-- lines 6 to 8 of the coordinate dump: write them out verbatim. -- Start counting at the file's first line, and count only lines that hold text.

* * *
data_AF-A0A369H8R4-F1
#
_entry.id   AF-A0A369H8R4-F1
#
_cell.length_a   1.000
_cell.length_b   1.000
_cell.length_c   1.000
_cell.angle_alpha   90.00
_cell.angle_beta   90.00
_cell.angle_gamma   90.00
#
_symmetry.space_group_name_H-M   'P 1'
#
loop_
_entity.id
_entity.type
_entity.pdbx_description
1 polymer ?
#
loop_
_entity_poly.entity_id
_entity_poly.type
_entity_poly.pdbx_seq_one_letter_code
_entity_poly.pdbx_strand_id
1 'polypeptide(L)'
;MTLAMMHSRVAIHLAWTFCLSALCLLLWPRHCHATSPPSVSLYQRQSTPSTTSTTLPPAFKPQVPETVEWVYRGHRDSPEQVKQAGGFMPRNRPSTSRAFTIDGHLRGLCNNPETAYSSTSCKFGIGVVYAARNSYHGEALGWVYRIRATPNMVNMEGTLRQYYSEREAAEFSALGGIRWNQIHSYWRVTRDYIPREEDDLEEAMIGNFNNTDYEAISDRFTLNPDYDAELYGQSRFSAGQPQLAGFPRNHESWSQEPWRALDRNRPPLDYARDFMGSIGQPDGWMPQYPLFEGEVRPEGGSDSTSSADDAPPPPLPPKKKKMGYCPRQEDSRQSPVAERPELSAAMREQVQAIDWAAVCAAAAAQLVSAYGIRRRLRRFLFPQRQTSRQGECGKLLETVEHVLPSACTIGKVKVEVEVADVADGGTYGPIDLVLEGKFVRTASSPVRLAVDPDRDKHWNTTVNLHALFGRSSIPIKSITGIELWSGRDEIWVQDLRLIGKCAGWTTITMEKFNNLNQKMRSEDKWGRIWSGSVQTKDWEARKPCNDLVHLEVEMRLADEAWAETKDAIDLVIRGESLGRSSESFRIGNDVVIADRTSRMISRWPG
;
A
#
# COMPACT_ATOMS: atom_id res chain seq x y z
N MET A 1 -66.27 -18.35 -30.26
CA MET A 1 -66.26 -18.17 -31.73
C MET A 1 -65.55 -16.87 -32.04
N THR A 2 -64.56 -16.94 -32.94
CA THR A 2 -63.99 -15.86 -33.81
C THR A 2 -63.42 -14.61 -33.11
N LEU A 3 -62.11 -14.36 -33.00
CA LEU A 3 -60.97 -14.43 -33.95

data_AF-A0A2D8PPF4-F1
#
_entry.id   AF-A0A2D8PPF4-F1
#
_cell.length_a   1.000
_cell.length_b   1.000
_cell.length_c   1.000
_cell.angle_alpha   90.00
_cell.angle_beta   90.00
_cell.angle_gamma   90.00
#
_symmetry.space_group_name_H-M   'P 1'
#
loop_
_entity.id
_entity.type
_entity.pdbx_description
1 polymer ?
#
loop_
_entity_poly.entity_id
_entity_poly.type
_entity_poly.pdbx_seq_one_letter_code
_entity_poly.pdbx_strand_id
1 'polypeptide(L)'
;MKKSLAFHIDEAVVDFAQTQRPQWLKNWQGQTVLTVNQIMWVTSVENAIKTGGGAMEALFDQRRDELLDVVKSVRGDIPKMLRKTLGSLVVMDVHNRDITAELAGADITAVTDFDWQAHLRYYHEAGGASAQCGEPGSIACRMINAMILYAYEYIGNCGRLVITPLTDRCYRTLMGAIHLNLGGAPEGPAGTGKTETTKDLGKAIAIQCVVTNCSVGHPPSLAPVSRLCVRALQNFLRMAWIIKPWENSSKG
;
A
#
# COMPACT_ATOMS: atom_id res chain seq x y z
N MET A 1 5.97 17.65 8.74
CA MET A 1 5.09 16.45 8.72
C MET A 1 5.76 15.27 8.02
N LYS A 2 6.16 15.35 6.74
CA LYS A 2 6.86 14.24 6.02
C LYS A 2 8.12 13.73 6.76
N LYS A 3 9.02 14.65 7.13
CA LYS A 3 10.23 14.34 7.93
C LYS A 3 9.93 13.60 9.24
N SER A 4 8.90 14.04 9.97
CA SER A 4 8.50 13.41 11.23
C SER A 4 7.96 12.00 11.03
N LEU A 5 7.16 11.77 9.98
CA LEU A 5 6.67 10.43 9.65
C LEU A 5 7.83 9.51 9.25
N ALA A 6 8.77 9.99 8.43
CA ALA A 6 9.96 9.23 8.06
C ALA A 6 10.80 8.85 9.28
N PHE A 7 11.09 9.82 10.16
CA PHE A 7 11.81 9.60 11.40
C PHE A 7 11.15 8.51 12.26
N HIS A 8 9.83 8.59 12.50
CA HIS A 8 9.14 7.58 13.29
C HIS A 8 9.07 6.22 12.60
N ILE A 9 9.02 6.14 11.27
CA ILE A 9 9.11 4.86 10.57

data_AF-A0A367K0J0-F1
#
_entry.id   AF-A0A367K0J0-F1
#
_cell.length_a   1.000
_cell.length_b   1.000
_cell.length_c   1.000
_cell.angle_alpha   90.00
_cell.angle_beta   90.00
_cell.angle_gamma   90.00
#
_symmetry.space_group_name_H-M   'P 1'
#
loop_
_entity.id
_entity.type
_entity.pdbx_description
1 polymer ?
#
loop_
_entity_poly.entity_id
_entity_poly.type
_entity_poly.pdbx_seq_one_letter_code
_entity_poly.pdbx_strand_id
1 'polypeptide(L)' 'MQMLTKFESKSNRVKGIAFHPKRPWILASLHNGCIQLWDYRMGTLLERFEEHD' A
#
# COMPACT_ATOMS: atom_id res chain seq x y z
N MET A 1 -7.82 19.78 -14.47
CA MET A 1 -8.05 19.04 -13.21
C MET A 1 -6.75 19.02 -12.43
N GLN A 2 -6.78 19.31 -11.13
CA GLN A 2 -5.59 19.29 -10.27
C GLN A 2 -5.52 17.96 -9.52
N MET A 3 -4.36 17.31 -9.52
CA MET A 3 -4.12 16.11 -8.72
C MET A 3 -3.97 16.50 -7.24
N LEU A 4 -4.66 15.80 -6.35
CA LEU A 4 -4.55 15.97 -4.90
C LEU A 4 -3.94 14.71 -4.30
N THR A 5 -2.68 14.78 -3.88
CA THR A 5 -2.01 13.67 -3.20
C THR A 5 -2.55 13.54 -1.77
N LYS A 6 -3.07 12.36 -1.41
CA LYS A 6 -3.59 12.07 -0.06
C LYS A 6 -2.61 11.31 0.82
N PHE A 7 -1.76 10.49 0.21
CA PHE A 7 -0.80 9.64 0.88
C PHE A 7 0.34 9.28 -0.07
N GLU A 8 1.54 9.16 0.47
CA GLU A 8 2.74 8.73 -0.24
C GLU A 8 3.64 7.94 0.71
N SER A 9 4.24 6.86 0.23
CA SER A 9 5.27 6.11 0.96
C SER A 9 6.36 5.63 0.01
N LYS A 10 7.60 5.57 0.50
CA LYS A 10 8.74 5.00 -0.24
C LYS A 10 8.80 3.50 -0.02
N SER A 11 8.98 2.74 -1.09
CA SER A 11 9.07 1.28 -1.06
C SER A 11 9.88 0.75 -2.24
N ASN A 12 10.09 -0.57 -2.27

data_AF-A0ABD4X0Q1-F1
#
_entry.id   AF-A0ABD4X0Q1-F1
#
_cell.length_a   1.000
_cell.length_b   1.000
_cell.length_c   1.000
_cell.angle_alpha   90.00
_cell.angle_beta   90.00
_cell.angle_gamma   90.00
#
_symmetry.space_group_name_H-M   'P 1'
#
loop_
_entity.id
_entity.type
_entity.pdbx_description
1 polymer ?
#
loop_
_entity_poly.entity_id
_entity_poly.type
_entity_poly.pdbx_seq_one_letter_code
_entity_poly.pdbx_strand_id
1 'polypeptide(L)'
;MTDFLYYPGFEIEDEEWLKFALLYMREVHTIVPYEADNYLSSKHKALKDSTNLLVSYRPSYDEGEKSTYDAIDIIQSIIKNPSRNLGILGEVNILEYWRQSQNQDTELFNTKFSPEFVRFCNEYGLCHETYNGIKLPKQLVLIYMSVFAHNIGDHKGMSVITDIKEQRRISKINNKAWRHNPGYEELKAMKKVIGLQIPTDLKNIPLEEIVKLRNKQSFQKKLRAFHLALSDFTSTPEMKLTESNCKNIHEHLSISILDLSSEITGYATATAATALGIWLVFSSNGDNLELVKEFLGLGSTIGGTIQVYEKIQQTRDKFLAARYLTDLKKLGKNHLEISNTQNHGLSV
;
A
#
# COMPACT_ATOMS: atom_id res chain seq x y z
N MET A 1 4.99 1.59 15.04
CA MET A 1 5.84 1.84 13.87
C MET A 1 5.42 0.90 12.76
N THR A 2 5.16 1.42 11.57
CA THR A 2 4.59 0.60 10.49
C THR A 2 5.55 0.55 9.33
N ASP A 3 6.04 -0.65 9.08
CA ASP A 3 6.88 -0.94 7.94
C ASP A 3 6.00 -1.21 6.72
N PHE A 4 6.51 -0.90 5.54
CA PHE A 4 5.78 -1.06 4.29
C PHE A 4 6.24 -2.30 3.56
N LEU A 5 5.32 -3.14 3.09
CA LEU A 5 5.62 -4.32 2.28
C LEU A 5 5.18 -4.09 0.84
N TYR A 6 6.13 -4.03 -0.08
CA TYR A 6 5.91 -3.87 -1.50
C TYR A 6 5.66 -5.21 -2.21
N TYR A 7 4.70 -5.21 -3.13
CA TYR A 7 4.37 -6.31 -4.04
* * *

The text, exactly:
_cell.length_b   1.000
_cell.length_c   1.000
_cell.angle_alpha   90.00